Car of the Year awards recognize auto innovation
At the seventh annual Car of the Year event, 52 cars by 27 auto brands battled it out. The biggest winner of the night was Hyundai Motor’s EQ900, the flagship sedan under the automaker’s new luxury brand Genesis, which took home the Car of the Year award largely because of its high-end features like Highway Driving Assist.
The award ceremony is scheduled for today at the Hotel Shilla in central Seoul.
Other awards went to the BMW 7 Series (Imported Car of the Year), Kia Sportage (SUV of the Year), Hyundai Tucson (Design of the Year - Domestic), Jaguar XE (Design of the Year - Import), Mercedes-Benz AMG GT S Edition 1 (Performance of the Year), Chevrolet the Next Spark (Eco-Friendly Car of the Year), MINI Clubman (Smart Car of the Year), Audi TT (Innovation of the Year), Kia K5 (Challenger of the Year), Chevrolet Impala (Issue of the Year) and Ssangyong Motor Tivoli (Consumers’ Car of the Year).
The organizing committee said the cars were assessed in three stages: presentations by each brand, test drives on an actual track and in-depth discussions among judges. The panels consisting of 15 judges - including car journalists, former automaker executives and professors - agreed on the EQ900 as the best new wheels of the year, saying the car marks an upgrade to the nation’s vehicle manufacturing technology. The sedan, which comes with a 370 horsepower V6 3.3L Twin-Turbo engine, showed off a smooth and explosive driving performance stemming from its eight-speed automatic transmission and four-wheel drive system, the HTRAC, during a test drive held on a track in Hwaseong, Gyeonggi, in February.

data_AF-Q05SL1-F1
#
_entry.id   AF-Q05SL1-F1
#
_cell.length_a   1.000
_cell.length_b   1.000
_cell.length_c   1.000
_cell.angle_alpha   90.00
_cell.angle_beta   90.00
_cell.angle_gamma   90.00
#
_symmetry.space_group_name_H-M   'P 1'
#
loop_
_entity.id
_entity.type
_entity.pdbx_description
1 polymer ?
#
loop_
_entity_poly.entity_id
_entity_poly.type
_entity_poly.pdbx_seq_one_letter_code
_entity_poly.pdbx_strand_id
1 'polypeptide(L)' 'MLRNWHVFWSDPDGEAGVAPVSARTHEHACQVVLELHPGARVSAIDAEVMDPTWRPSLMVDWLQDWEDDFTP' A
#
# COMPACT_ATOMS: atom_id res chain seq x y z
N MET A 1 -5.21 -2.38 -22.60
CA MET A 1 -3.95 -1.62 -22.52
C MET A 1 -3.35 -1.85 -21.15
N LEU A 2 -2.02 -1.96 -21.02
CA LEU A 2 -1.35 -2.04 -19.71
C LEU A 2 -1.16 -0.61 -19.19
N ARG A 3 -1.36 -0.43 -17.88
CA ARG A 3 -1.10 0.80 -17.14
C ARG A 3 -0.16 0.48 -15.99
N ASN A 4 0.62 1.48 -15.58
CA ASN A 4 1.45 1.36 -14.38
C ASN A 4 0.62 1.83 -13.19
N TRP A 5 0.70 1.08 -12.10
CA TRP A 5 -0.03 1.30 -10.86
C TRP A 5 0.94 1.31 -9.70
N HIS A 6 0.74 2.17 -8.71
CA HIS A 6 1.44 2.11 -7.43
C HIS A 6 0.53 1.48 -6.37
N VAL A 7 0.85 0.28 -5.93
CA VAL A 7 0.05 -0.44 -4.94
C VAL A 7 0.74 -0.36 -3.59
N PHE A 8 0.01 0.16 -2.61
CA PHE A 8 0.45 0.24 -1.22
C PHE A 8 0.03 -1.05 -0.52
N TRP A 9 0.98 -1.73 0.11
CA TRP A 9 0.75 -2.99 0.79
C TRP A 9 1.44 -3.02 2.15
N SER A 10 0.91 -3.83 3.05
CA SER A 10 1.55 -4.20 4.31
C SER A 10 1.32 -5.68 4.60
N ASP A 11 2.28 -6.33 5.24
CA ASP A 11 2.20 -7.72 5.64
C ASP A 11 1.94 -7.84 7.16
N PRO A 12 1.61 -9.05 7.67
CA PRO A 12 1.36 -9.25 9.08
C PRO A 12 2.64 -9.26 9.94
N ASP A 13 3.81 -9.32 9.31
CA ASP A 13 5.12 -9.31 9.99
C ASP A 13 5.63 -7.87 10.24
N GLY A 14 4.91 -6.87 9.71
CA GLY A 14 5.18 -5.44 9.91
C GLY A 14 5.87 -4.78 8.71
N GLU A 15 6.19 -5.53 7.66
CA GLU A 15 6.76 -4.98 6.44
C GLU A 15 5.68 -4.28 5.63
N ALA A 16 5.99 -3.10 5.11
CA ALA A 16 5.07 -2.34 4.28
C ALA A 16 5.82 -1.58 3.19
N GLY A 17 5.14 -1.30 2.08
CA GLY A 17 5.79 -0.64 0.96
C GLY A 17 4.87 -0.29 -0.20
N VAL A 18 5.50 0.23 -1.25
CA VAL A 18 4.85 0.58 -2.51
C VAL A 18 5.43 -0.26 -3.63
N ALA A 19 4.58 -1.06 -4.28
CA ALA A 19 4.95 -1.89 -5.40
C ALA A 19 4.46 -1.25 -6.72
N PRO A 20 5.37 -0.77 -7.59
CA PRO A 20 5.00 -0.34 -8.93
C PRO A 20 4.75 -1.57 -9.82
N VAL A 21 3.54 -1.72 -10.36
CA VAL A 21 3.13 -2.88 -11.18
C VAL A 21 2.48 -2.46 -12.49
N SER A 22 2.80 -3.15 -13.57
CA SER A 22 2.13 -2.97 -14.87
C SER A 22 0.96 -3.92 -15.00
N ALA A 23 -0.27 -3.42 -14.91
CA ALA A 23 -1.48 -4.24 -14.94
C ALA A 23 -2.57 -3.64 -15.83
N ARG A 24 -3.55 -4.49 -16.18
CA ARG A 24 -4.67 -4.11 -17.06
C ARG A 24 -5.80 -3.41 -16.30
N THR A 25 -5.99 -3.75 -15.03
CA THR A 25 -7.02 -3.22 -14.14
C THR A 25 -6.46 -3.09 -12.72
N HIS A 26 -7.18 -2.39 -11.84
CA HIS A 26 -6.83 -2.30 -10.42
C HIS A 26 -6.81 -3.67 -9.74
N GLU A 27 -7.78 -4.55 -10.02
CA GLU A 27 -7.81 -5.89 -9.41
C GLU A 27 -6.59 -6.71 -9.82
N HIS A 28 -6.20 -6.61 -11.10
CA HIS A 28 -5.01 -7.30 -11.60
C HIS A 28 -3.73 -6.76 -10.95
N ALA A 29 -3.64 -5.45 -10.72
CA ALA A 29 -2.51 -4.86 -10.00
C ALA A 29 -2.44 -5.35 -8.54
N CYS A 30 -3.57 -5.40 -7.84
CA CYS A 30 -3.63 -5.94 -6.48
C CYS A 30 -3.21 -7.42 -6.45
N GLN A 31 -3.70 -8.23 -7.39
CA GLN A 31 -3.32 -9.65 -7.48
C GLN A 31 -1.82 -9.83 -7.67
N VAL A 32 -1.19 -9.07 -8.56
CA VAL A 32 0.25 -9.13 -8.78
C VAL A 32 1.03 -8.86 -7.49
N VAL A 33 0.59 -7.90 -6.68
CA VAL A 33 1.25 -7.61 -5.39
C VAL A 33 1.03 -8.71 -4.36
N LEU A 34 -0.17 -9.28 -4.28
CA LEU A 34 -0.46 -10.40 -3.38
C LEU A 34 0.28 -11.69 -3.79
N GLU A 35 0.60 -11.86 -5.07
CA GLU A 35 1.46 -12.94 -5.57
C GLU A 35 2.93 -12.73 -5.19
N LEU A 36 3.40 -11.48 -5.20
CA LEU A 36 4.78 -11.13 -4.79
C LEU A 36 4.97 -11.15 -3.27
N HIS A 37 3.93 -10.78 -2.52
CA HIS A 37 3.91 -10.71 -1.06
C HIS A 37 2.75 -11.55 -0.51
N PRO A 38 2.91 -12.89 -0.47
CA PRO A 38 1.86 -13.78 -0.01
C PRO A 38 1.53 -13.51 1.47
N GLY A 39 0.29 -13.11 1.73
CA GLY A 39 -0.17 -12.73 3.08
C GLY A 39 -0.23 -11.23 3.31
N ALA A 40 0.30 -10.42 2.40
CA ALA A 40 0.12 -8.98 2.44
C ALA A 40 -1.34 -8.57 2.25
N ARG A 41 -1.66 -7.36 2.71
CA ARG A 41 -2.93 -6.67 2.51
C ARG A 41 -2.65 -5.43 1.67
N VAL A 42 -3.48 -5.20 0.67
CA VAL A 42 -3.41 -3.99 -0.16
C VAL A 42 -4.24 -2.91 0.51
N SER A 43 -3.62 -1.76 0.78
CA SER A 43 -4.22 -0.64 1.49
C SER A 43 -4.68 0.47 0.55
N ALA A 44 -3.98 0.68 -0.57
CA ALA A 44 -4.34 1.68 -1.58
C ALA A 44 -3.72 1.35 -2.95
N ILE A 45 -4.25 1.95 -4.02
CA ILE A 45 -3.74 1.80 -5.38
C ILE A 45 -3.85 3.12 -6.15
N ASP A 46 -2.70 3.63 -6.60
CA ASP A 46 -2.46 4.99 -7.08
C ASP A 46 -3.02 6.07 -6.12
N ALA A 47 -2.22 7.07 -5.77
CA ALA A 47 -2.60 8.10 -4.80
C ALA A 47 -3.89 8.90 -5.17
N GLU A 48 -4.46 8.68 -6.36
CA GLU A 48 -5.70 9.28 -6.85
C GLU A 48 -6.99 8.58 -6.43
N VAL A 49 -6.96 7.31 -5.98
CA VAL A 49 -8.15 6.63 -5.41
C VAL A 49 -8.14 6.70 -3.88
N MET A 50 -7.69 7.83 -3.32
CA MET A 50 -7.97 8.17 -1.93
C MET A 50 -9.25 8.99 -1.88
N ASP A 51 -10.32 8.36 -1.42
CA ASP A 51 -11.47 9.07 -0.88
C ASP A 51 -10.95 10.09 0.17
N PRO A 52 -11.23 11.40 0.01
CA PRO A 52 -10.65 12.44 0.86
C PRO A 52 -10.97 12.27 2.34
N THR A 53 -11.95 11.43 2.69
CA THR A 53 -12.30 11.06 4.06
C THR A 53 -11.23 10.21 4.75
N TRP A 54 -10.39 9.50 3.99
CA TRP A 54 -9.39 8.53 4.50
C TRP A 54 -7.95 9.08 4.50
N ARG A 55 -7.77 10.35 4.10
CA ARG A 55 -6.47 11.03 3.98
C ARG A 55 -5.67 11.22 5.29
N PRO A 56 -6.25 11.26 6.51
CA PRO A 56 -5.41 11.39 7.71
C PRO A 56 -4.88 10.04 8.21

Chevrolet’s Next Spark was the only minicar included as a top-12 finalist, with its fine driving performance and fuel efficiency of 15 kilometers per liter (35 miles per gallon), which gave the car its win in the environmentally friendly category.
The MINI Clubman, popular among those in their 20s and 30s with its iconic split rear doors, was named Smart Car of the Year.
Ssangyong Motor’s small Tivoli SUV was nominated in many categories, including SUV of the Year and Issue of the Year, but only managed to snag Consumers’ Car of the Year with its creative exterior design and good pricing options.
Chevrolet’s large Impala sedan won Issue of the Year because of the attention it attracted from consumers and netizens.
The panelists were chosen among those with more than 10 years of experience in car-related fields, and included engineers and racecar drivers.
This year, the judges went through a three-part evaluation process, including a discussion session for the first time. The competition was so fierce that only one out of every five cars submitted moved past the first stage of the process.
Audi played a video of its TT coupe on the road that appealed to judges. BMW presented on its 7 Series and the MINI Clubman. Oliver Britz, head of product management at Mercedes-Benz Korea, was there in person to answer judges’ questions about its sporty AMG GT S Edition 1. The judges asked very specific questions, like whether the Audi TT’s built-in navigation system really meets the needs of Korean consumers.
The judges were particularly strict when it came to locally manufactured cars. Some asked about the difference between Hyundai Motor’s Tucson and affiliate Kia Motors’ Sportage. They also asked for details about the companies’ manufacturing processes, such as whether they use environmentally friendly materials.